5 OCR Ways to Extract Text from Images on Windows 10


Optical Character Recognition (OCR) is a very useful technique that extracts text from a scanned image or an image photo. It’s been widely used as a form of information entry from printed copies in many places. Often times, a scanning solution with built-in OCR feature is adopted and implemented to speed up the workflow. However, if you don’t have such convenient scanning features handy, are there any other ways to use this technology?

Here are a few options that you can use on Windows 10


That’s right. If you are already using OneNote, you already have a heck of tool at your disposal. Simply right-click the image that contains the text you want to extract, choose Picture and then Copy Text.

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Google Drive

Google Drive, Google Docs more specifically, has a little-known free OCR feature included for you. All you need to do is upload the image file to Google Drive first and open it with Google Docs.

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Once the image file is opened in Google Docs, the words embedded in the image file are already extracted and pasted in the same document. Quite efficient, I would agree.

Photo Scan

Photo Scan is a free UWP app that comes with an OCR feature built-in that extracts text easily from photos or images file imported to the app, whether it’s an image file from your computer, or in the clipboard, or taken from the camera.

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Capture2Text is an free portable tool that lets you to quickly OCR a portion of the screen using a keyboard shortcut. The resulting text will be saved to the clipboard by default. It supports 90+ languages, not only English but also Chinese, French, German, Japanese, Korean, etc.

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FreeOCR is a free OCR tool that supports scanning from most Twain scanners and can also open most scanned PDF’s and multi page Tiff images as well as popular image file formats. It outputs plain text that can be directly exported to Microsoft Word Format. If you are looking for a tool that OCRs not only image files but also PDFs, FreeOCR could be your guy for the job.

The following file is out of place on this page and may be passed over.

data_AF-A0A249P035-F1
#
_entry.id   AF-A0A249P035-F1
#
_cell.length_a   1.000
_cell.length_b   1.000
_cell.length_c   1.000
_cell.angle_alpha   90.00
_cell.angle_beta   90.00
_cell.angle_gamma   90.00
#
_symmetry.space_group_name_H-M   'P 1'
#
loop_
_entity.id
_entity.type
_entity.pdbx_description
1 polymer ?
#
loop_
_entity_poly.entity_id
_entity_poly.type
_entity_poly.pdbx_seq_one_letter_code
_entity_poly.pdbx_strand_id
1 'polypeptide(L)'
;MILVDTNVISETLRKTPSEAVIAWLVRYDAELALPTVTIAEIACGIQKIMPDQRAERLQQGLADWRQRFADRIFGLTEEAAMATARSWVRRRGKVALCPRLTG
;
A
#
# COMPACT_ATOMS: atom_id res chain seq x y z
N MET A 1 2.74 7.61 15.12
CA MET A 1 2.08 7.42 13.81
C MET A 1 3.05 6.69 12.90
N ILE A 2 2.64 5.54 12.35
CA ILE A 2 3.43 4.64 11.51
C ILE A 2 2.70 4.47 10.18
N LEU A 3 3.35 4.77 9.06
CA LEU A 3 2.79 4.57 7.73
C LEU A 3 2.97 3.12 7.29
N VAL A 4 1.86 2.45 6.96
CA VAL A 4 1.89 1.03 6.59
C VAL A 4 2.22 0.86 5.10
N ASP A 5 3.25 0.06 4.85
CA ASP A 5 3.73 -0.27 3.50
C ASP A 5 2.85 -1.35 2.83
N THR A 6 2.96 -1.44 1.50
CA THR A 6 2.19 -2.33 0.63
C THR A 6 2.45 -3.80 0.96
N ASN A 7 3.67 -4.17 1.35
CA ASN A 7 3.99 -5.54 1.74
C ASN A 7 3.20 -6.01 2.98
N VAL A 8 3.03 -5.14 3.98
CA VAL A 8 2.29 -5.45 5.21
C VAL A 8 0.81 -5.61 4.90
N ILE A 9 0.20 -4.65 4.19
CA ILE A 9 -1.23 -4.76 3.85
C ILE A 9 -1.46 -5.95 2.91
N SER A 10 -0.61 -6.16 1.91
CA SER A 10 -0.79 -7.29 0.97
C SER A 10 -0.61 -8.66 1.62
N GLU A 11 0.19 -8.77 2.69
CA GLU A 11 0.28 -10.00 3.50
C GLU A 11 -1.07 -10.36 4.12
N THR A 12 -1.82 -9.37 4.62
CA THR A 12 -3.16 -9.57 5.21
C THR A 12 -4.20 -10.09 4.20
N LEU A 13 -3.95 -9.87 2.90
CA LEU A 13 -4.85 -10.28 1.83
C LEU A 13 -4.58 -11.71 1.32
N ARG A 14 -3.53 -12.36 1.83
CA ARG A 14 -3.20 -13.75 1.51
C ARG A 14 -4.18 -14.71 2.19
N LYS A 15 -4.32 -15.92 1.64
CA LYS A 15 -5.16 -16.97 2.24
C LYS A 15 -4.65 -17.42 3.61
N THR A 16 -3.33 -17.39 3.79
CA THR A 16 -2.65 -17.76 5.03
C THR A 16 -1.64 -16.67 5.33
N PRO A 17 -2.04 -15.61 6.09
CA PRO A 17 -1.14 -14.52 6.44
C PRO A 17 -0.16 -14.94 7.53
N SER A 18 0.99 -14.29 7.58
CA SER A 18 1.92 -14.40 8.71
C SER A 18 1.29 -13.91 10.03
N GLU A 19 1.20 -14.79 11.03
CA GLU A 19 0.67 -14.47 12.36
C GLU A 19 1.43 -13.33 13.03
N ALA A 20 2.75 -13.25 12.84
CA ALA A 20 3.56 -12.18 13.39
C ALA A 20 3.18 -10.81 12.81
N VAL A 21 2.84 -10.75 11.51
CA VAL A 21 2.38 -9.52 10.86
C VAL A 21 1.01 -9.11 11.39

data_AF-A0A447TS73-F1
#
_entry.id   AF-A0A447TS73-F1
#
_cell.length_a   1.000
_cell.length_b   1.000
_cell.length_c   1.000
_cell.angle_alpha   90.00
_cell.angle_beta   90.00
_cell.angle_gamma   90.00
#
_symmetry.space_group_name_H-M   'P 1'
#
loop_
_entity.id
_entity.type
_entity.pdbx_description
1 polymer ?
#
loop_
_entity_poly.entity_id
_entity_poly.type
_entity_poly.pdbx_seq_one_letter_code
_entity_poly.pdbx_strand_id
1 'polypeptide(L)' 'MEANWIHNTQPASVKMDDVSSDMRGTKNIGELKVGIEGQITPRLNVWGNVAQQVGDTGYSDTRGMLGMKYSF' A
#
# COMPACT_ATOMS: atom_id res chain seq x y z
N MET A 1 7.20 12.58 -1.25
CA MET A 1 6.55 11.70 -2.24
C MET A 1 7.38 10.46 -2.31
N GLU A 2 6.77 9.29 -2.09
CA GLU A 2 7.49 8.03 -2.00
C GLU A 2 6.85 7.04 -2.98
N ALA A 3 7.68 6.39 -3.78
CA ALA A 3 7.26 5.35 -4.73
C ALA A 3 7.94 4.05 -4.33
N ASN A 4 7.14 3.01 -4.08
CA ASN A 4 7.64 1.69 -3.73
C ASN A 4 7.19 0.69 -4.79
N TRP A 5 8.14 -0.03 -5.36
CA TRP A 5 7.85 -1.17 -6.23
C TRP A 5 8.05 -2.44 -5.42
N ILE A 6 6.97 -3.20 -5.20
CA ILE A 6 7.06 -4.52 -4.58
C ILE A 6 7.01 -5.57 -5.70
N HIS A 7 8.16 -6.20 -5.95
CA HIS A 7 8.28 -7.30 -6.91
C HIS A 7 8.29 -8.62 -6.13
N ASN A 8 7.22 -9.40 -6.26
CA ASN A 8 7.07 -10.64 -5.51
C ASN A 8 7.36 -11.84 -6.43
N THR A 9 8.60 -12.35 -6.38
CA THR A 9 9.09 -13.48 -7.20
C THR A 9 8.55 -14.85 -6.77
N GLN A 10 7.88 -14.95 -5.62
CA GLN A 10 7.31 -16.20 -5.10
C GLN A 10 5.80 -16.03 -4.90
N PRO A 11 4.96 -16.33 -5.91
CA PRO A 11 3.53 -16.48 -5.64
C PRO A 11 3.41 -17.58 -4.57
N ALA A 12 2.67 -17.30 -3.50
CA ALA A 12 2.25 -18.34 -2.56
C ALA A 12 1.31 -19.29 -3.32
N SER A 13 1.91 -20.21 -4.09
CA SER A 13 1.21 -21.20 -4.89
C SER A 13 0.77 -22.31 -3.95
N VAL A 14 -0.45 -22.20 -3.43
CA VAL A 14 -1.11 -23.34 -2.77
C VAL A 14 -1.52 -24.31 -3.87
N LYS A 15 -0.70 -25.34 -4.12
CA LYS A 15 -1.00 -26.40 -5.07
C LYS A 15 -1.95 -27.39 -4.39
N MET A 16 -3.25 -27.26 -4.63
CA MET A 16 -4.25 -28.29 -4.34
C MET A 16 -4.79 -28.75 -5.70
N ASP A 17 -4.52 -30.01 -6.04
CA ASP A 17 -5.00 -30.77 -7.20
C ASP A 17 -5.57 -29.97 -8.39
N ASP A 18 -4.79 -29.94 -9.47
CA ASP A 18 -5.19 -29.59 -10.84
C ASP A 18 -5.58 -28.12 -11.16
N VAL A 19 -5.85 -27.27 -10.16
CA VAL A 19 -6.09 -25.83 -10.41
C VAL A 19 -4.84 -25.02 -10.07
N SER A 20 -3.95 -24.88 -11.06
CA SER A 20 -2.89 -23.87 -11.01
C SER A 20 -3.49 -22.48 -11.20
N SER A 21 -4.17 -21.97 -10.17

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That’s about it for now. It’s highly possible that there are many other options out there we didn’t cover. But if any of these is help you out in any way, enjoy.


  1. Wow thanks Kent, was completely unaware that OneNote and GDocs had this feature.
    The need doesn’t come up often for me these days, but I’ll remember that my handy OneNote is even handier.

  2. can I install capture2text to use as an OCR for Hebrew images in One Note?
    I don’t think the One Note OCR supports Hebrew.

  3. The two I tried don’t work. One Note doesn’t have “copy text” when I right click an image. Google docs doesn’t convert text image to text when opening a very clear jpeg.
    So, I guess this is out dated information.

  4. You have to use the full OneNote program,
    OneNote online App and Windows 10 App does’nt have the Copy text option.

  5. I have tried and wasted my time. OCR tools convert the text but in the machine language or logarithm. It doesn’t give the exact text as it is. You need to write every word again. I think it’s useless unless there is a tool that gives the text in original words (I am speaking about English language only).

  6. I tried all he above suggestions with a very poorly scanned page. Google docs did the job leaving some words marked for correction. The other four suggested tools didn’t even come close, filling everything with characters. Also used ReadIris and Abby FineReader with the same poor outcome. Google docs used some sort of grammar rules to infer what the word should be. Thank you, I didn’t know about google docs being able to do this.

  7. Success with OneNote 2016. As a test I scanned a page from a German-language book as a 200-dpi grayscale JPEG, dropped the image into OneNote 2016, right-clicked on the image and chose “Copy text from picture.” I then pasted it into OneNote and Word and it looks perfect with all Umlauts and scharfes-Ss (the double S that looks like a B) intact. Some of the formatting was off, but not a big deal. I haven’t gone over the text closely, but as far as I can tell it’s completely accurate.


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